The Myth of the Gentle Brahmin
In the course of my anti-caste writing and advocacy, I’ve repeatedly come across one argument: namely, that it is unfair of me to criticise Brahmins, as they are not the ones perpetrating casteist violence. I’ve been asked many times: why am I not railing against other dominant castes who engage in violent suppression of oppressed-caste communities? Why target the Brahmins, a tiny community supposedly rooted in peacefulness?
I’ve given this some thought after a recent conversation in this vein, and the answers are manifold. First, and most obvious, is that I come from a Brahmin family. It’s my right and my duty as someone born into privilege to scrutinise my heritage and highlight every instance of bigotry I see within it. But that isn’t my only reason for critiquing my community – for the truth is that “Brahmins are wholly nonviolent” is an idea grounded not in reality, but in casteist ideals.
It is important to acknowledge that violence can be perpetrated in many ways. There is physical violence, and there is sexual violence, and there is the violence of the mind – a far subtler and slipperier thing to pinpoint. Historically, Brahmins, in their position at the top of the caste hierarchy, have used all three forms of violence against Dalit-Bahujan communities.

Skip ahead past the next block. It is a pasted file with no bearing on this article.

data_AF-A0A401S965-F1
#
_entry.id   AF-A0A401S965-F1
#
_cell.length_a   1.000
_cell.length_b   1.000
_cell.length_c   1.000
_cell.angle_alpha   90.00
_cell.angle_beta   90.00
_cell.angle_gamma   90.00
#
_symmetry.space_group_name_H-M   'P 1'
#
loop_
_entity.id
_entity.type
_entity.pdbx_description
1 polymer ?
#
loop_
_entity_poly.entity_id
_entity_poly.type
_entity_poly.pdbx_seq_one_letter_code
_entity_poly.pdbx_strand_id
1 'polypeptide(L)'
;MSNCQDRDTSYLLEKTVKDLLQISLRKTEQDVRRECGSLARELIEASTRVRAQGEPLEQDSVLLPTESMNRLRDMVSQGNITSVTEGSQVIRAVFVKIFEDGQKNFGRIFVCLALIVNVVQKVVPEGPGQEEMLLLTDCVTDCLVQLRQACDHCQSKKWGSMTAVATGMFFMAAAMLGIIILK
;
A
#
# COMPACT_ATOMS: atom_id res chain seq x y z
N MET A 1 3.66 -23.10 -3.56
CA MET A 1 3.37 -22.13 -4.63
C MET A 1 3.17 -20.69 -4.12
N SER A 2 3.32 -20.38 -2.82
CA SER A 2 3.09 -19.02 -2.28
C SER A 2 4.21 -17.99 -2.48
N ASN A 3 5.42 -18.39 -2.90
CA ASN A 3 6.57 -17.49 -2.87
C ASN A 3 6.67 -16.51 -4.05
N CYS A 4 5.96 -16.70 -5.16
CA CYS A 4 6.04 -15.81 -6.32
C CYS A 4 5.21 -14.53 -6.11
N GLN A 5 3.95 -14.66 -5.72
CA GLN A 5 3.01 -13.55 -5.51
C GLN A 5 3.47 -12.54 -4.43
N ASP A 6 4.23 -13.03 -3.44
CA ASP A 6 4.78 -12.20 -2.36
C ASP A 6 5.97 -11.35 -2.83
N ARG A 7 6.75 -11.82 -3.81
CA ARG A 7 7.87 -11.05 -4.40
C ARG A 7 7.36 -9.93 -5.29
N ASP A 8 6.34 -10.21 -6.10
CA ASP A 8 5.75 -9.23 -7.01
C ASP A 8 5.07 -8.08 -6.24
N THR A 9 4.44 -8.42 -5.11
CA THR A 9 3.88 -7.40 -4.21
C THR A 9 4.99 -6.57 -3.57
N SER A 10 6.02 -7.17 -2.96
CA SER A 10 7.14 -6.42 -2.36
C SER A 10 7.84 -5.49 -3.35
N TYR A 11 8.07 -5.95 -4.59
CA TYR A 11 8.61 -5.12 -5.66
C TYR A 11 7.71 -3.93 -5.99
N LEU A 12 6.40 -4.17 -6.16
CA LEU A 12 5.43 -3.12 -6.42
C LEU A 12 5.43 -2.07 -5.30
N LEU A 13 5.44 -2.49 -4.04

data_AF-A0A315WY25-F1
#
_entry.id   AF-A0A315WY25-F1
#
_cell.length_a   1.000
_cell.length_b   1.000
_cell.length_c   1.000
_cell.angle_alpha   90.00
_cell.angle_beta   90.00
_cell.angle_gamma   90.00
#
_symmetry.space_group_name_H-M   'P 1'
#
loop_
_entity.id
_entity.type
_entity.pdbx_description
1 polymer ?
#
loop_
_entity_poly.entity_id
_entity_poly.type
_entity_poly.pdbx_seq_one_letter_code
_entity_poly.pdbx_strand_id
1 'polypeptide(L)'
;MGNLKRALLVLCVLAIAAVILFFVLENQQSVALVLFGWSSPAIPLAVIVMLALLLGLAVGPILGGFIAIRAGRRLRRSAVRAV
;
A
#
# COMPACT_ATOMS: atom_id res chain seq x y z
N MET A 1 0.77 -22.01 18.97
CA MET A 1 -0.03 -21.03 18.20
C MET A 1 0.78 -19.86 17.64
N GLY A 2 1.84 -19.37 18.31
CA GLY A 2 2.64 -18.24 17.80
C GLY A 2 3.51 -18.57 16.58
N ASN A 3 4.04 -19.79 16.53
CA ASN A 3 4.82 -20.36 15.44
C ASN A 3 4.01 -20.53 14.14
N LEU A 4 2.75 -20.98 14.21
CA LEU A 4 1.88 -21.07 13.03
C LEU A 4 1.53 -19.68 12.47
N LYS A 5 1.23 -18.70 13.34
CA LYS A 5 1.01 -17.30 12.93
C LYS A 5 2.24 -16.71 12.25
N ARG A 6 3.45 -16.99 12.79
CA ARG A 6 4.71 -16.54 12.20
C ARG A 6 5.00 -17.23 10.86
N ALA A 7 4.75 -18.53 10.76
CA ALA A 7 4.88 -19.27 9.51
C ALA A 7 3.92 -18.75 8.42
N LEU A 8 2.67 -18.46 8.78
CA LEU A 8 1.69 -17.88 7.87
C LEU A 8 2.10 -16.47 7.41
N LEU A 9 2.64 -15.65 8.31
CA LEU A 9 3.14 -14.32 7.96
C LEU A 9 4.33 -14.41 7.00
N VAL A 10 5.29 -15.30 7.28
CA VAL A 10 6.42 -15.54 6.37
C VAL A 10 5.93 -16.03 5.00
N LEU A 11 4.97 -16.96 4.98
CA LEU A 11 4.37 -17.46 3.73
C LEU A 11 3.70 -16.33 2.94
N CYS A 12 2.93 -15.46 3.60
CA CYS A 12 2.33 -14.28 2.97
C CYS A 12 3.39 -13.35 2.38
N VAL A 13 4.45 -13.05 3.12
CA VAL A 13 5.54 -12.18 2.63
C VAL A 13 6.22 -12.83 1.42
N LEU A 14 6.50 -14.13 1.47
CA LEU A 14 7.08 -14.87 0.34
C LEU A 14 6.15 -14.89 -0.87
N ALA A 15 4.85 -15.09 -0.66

Take physical violence. From an ancient time, the normalisation of violence directed from privileged to oppressed castes has been rampant. In the Mahabharata, the Brahmin teacher Drona is incensed when he finds out that Ekalavya, an Adivasi youth, has been teaching himself archery and mastering it at an even more rapid pace than his golden student Arjuna. He orders Ekalavya to cut off his own right thumb as payment for the “lessons” he learnt from Drona, in order to incapacitate Ekalavya and ensure Arjuna remains the top archer in the kingdom.
Such violence is not confined to the realm of myth. Countless incidents of physical and sexual abuse across India illustrate this. In 1992, a Rajasthani Dalit woman named Bhanwari Devi tried to intervene in a child marriage, and was gang-raped in retaliation by five men. One of them was a Brahmin, a fact which was used against Bhanwari Devi when the judge presiding over her case claimed that a Brahmin man would not stoop to assault a “low” Dalit woman. In 2016 in Uttar Pradesh, a Dalit man celebrating a wedding was severely beaten by a group of Brahmins for the crime of touching a Brahmin man’s hand. His family, too, was assaulted, including a pregnant woman. The police covered it up, calling it a “drunken brawl” between Dalit men. 2018, Jammu and Kashmir: eight-year-old Asifa Bano, a Muslim Adivasi child, was held inside a temple and raped and tortured to death by a gang of men led by Sanji Ram, the temple priest. Also in Jammu and Kashmir, in 2021, Dalit women were attacked by Brahmin men for daring to draw water from a communal well. Bihar, 2021: a Dalit teenager who was seeing a Brahmin girl was murdered by her family in an honour killing.
But, one might argue, this doesn’t show the whole picture. Plenty of non-Brahmin dominant-caste people have committed atrocities against Dalit-Bahujan people. And what about Brahmin people who are the target of atrocities, like the Brahmin girl who was killed by her parents for falling in love with a Dalit youth? What about queer people from Brahmin families who are forced in to the closet and subject to homophobic abuse?